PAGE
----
Taking short quick strides, lift knees to waste level.
Stay forward on your feet.
Be quick and light.
Avoid long strides & don’t go down the course fast. This is for knee lift and quick reflexes.
Develops ankle action and good leg motion.
First walk through it.
Lift knee to waist level, bringing foot up to back side – almost touching it.
Kick lead foot out in front.
As kicked out foot reaches about 45 degrees, bring it down directly under your body.
Develops more quadricep strength and driving power.
Bounce off one foot and lead into air lifting lead knee.
Hang in air to the last second.
Very quickly bring the leading leg down for a landing, and spring off with leg almost straight.
Never let the push off leg be perfectly straight. Keep the knee slightly bent.
Start with a few and gradually work up to 50-80m
Running off the bike
Is something that should be incorporated once a week during the season, starting towards the end of the base phase with longer back to backs sessions e.g. 30-40km bike followed by a steady 3-8km run. Then implementing shorter sessions once you start to get into race season – e.g. after warming up – 5-8minute on bike @ 80-85% of max followed by a 1km run at the same intensity x 3 with 3-5min active recovery between.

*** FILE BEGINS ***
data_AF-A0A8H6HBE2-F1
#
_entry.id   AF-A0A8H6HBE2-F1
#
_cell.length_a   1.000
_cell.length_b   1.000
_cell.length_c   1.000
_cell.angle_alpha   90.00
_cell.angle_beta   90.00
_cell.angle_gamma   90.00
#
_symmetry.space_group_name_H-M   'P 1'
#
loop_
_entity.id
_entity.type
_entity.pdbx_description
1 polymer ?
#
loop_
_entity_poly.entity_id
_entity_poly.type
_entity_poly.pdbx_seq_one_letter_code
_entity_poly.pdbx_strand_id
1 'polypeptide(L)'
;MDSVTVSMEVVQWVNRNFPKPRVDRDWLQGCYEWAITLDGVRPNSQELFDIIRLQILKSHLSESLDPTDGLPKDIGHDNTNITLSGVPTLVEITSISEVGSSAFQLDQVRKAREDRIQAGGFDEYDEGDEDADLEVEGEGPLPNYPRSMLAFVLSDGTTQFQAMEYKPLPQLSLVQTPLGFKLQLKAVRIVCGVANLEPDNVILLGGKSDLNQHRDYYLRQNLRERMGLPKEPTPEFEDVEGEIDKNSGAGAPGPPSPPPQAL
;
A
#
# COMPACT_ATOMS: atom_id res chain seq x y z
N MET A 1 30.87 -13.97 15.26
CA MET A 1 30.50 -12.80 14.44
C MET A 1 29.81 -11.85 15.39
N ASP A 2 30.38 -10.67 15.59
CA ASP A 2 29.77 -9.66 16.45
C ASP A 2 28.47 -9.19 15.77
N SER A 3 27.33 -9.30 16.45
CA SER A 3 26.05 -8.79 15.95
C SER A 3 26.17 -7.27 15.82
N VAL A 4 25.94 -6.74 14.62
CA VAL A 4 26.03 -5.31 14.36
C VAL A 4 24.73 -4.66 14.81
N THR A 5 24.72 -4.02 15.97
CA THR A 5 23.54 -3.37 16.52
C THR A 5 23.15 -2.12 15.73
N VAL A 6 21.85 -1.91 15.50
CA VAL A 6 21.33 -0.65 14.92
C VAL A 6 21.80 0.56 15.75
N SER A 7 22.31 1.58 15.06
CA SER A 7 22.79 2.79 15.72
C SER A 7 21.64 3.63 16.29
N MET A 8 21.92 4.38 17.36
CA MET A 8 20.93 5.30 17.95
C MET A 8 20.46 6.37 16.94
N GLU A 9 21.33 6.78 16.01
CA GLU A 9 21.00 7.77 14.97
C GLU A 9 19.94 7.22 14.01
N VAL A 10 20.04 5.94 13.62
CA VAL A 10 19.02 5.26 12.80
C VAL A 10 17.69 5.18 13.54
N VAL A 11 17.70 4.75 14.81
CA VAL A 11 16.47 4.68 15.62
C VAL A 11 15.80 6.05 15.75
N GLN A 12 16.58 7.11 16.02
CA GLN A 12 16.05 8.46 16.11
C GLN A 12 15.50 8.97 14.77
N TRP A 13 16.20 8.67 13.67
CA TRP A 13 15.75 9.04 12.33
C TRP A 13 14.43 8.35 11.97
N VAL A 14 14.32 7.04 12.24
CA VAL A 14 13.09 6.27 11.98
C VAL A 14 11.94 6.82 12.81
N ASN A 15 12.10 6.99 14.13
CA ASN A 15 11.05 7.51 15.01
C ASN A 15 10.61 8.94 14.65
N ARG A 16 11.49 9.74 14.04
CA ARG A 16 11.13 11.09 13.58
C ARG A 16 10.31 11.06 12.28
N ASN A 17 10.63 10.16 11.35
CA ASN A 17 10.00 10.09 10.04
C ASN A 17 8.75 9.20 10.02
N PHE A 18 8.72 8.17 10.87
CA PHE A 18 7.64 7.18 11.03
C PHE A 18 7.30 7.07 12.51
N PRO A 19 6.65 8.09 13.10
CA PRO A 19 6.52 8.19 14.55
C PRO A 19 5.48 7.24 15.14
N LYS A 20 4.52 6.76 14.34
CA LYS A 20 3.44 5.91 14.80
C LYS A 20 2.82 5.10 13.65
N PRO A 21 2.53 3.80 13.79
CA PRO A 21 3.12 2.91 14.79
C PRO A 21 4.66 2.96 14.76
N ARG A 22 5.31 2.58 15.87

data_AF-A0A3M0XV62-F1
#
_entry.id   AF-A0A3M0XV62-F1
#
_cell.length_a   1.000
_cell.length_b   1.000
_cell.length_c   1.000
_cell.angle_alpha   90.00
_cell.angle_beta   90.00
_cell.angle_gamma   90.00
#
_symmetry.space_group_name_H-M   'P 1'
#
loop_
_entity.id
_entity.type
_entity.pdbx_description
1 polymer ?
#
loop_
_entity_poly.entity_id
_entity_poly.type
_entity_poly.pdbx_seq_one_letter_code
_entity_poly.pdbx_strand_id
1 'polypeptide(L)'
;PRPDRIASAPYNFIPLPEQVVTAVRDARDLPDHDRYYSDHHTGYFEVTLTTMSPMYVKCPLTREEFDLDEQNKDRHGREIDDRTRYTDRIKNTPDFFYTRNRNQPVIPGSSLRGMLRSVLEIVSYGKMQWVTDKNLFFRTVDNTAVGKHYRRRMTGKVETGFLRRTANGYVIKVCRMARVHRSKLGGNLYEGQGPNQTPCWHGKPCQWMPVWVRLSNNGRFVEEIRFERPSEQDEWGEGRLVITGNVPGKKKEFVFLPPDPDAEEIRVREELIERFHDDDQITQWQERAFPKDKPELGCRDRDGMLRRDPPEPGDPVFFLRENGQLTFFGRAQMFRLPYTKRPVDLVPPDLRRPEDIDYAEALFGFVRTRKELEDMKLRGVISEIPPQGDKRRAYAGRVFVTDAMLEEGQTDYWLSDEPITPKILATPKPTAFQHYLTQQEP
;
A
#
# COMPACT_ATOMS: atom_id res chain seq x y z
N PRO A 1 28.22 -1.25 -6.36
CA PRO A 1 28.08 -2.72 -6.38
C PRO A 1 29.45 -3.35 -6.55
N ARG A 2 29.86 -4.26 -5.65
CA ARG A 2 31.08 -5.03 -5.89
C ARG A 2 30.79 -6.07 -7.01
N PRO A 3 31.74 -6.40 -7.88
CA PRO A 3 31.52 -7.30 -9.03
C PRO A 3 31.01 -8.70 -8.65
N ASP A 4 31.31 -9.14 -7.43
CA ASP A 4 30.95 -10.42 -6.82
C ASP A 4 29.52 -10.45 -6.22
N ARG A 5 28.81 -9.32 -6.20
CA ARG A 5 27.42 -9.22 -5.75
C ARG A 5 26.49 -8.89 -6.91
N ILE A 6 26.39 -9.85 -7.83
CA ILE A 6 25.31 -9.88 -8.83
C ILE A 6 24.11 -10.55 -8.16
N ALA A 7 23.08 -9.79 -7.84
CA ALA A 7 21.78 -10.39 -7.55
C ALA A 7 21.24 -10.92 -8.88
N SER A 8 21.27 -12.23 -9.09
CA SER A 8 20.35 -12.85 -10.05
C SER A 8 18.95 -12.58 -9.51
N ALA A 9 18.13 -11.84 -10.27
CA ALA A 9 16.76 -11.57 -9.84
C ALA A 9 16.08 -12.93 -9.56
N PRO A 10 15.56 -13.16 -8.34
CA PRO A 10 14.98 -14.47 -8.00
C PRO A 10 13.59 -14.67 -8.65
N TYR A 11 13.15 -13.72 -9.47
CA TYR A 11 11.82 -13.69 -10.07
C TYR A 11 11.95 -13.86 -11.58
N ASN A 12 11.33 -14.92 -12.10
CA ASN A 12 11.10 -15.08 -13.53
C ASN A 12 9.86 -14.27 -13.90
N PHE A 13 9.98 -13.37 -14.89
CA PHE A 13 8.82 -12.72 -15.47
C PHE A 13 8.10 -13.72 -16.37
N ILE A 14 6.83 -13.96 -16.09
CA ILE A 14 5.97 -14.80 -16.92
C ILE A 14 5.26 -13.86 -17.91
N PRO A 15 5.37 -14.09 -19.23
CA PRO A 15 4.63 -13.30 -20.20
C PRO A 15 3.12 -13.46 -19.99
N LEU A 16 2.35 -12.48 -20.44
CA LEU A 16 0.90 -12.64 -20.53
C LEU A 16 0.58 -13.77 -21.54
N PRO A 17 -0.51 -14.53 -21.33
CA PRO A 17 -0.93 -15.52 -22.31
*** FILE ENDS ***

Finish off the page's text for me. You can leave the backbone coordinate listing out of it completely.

Deep water running
One way to really improve running off the bike and triathlon running in general is Deep water running (DWR). This is running in the deep end of the pool without touching the bottom at all. Wear a buoyancy vest for extra floatation and this will assist holding good run form in the water. I have had great success as an athlete and coach incorporating DWR as part of an overall training program rather than purely as training for injured runners. DWR will engage your run muscles in the hip flexors and hamstrings. It really helps your knee lift and is a resistance training exercise – working against the water. Basically you can get easy run mileage for very little expense as far as body wear and tear and breakdown is concerned. A 40min run in the water = 1hr road run as far as aerobic strength is concerned.
If you want further coaching advice get in contact with Nick at www.multisportconsultants.com
Noosa Tri Nutrition prep, execute & recover 6:30pm (RACV Noosa)
Associate Professor Dr Gary Slater is the senior lecturer in Nutrition at USC, he also works with elite level athletes and coaches to optimize training, performance and recovery.